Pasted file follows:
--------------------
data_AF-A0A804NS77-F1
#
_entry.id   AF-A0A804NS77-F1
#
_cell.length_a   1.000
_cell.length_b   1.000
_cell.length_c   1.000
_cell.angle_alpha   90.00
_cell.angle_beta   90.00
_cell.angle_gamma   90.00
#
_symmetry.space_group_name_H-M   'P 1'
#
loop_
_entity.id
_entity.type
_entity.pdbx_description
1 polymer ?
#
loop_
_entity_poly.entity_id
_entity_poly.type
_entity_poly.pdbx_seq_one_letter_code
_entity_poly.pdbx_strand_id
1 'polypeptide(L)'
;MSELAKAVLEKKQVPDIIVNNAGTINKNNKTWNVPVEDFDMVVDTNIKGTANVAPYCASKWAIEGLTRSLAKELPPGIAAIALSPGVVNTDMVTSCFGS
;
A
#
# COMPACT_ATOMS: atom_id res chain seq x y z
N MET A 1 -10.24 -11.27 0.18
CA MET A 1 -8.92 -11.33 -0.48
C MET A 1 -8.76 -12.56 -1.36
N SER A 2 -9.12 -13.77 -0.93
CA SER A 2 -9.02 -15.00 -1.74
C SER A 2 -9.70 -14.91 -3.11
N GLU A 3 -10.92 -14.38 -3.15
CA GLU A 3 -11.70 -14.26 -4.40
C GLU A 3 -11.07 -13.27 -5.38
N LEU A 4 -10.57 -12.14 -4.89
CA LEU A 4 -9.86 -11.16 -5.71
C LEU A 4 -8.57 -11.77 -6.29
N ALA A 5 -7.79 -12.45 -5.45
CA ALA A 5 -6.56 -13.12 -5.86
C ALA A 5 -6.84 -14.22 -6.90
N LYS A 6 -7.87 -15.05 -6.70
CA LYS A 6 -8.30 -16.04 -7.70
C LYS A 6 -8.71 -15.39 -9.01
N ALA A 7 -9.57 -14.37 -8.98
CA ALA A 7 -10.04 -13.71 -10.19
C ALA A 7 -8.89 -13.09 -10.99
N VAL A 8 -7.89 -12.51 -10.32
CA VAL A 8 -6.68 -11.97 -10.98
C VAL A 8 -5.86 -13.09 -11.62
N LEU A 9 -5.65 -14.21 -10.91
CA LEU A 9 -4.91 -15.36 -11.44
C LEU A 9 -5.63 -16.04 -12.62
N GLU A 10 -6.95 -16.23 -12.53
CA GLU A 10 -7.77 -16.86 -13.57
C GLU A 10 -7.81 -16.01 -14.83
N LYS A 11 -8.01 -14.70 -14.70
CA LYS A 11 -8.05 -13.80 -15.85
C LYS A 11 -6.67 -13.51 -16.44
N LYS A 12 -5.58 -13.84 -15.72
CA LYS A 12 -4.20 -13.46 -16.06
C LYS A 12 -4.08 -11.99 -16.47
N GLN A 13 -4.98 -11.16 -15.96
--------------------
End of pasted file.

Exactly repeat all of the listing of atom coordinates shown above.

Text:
data_AF-A0A804NS77-F1
#
_entry.id   AF-A0A804NS77-F1
#
_cell.length_a   1.000
_cell.length_b   1.000
_cell.length_c   1.000
_cell.angle_alpha   90.00
_cell.angle_beta   90.00
_cell.angle_gamma   90.00
#
_symmetry.space_group_name_H-M   'P 1'
#
loop_
_entity.id
_entity.type
_entity.pdbx_description
1 polymer ?
#
loop_
_entity_poly.entity_id
_entity_poly.type
_entity_poly.pdbx_seq_one_letter_code
_entity_poly.pdbx_strand_id
1 'polypeptide(L)'
;MSELAKAVLEKKQVPDIIVNNAGTINKNNKTWNVPVEDFDMVVDTNIKGTANVAPYCASKWAIEGLTRSLAKELPPGIAAIALSPGVVNTDMVTSCFGS
;
A
#
# COMPACT_ATOMS: atom_id res chain seq x y z
N MET A 1 -10.24 -11.27 0.18
CA MET A 1 -8.92 -11.33 -0.48
C MET A 1 -8.76 -12.56 -1.36
N SER A 2 -9.12 -13.77 -0.93
CA SER A 2 -9.02 -15.00 -1.74
C SER A 2 -9.70 -14.91 -3.11
N GLU A 3 -10.92 -14.38 -3.15
CA GLU A 3 -11.70 -14.26 -4.40
C GLU A 3 -11.07 -13.27 -5.38
N LEU A 4 -10.57 -12.14 -4.89
CA LEU A 4 -9.86 -11.16 -5.71
C LEU A 4 -8.57 -11.77 -6.29
N ALA A 5 -7.79 -12.45 -5.45
CA ALA A 5 -6.56 -13.12 -5.86
C ALA A 5 -6.84 -14.22 -6.90
N LYS A 6 -7.87 -15.05 -6.70
CA LYS A 6 -8.30 -16.04 -7.70
C LYS A 6 -8.71 -15.39 -9.01
N ALA A 7 -9.57 -14.37 -8.98
CA ALA A 7 -10.04 -13.71 -10.19
C ALA A 7 -8.89 -13.09 -10.99
N VAL A 8 -7.89 -12.51 -10.32
CA VAL A 8 -6.68 -11.97 -10.98
C VAL A 8 -5.86 -13.09 -11.62
N LEU A 9 -5.65 -14.21 -10.91
CA LEU A 9 -4.91 -15.36 -11.44
C LEU A 9 -5.63 -16.04 -12.62
N GLU A 10 -6.95 -16.23 -12.53
CA GLU A 10 -7.77 -16.86 -13.57
C GLU A 10 -7.81 -16.01 -14.83
N LYS A 11 -8.01 -14.70 -14.70
CA LYS A 11 -8.05 -13.80 -15.85
C LYS A 11 -6.67 -13.51 -16.44
N LYS A 12 -5.58 -13.84 -15.72
CA LYS A 12 -4.20 -13.46 -16.06
C LYS A 12 -4.08 -11.99 -16.47
N GLN A 13 -4.98 -11.16 -15.96